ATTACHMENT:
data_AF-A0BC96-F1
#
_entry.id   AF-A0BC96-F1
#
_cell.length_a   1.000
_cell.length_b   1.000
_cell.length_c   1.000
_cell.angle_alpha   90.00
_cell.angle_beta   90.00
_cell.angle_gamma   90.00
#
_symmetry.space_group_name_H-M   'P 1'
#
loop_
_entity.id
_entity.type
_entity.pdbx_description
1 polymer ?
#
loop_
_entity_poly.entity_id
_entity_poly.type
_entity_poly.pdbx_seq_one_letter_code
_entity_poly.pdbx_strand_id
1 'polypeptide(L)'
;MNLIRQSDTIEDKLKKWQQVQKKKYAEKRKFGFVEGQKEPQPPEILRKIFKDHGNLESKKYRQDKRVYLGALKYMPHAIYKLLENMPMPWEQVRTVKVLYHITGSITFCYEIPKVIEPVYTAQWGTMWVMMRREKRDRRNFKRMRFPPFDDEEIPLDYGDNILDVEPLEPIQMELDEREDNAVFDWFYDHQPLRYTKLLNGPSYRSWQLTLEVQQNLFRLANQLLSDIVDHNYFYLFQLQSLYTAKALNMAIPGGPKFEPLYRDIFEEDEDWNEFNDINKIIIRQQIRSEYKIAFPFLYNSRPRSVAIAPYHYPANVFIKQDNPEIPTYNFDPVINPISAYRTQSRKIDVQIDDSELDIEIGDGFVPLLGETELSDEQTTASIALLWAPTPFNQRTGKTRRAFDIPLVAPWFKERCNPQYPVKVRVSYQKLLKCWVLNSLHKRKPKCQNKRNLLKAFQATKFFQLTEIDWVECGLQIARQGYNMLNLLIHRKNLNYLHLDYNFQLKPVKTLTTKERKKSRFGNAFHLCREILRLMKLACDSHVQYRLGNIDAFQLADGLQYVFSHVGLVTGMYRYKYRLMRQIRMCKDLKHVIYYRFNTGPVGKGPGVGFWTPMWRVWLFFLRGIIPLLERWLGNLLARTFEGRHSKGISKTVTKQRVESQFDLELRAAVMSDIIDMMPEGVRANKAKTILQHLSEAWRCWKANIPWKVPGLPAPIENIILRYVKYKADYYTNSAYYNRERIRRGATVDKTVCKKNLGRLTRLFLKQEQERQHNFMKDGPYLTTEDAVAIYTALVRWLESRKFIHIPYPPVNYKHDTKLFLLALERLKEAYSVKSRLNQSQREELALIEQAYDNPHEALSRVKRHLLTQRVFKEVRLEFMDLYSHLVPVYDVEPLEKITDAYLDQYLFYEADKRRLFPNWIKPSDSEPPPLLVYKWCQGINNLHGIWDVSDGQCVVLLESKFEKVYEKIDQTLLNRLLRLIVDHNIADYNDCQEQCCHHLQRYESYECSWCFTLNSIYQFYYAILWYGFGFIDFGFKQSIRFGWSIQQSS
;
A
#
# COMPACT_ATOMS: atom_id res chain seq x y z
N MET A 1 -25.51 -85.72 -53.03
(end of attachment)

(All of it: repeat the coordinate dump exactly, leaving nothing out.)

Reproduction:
data_AF-A0BC96-F1
#
_entry.id   AF-A0BC96-F1
#
_cell.length_a   1.000
_cell.length_b   1.000
_cell.length_c   1.000
_cell.angle_alpha   90.00
_cell.angle_beta   90.00
_cell.angle_gamma   90.00
#
_symmetry.space_group_name_H-M   'P 1'
#
loop_
_entity.id
_entity.type
_entity.pdbx_description
1 polymer ?
#
loop_
_entity_poly.entity_id
_entity_poly.type
_entity_poly.pdbx_seq_one_letter_code
_entity_poly.pdbx_strand_id
1 'polypeptide(L)'
;MNLIRQSDTIEDKLKKWQQVQKKKYAEKRKFGFVEGQKEPQPPEILRKIFKDHGNLESKKYRQDKRVYLGALKYMPHAIYKLLENMPMPWEQVRTVKVLYHITGSITFCYEIPKVIEPVYTAQWGTMWVMMRREKRDRRNFKRMRFPPFDDEEIPLDYGDNILDVEPLEPIQMELDEREDNAVFDWFYDHQPLRYTKLLNGPSYRSWQLTLEVQQNLFRLANQLLSDIVDHNYFYLFQLQSLYTAKALNMAIPGGPKFEPLYRDIFEEDEDWNEFNDINKIIIRQQIRSEYKIAFPFLYNSRPRSVAIAPYHYPANVFIKQDNPEIPTYNFDPVINPISAYRTQSRKIDVQIDDSELDIEIGDGFVPLLGETELSDEQTTASIALLWAPTPFNQRTGKTRRAFDIPLVAPWFKERCNPQYPVKVRVSYQKLLKCWVLNSLHKRKPKCQNKRNLLKAFQATKFFQLTEIDWVECGLQIARQGYNMLNLLIHRKNLNYLHLDYNFQLKPVKTLTTKERKKSRFGNAFHLCREILRLMKLACDSHVQYRLGNIDAFQLADGLQYVFSHVGLVTGMYRYKYRLMRQIRMCKDLKHVIYYRFNTGPVGKGPGVGFWTPMWRVWLFFLRGIIPLLERWLGNLLARTFEGRHSKGISKTVTKQRVESQFDLELRAAVMSDIIDMMPEGVRANKAKTILQHLSEAWRCWKANIPWKVPGLPAPIENIILRYVKYKADYYTNSAYYNRERIRRGATVDKTVCKKNLGRLTRLFLKQEQERQHNFMKDGPYLTTEDAVAIYTALVRWLESRKFIHIPYPPVNYKHDTKLFLLALERLKEAYSVKSRLNQSQREELALIEQAYDNPHEALSRVKRHLLTQRVFKEVRLEFMDLYSHLVPVYDVEPLEKITDAYLDQYLFYEADKRRLFPNWIKPSDSEPPPLLVYKWCQGINNLHGIWDVSDGQCVVLLESKFEKVYEKIDQTLLNRLLRLIVDHNIADYNDCQEQCCHHLQRYESYECSWCFTLNSIYQFYYAILWYGFGFIDFGFKQSIRFGWSIQQSS
;
A
#
# COMPACT_ATOMS: atom_id res chain seq x y z
N MET A 1 -25.51 -85.72 -53.03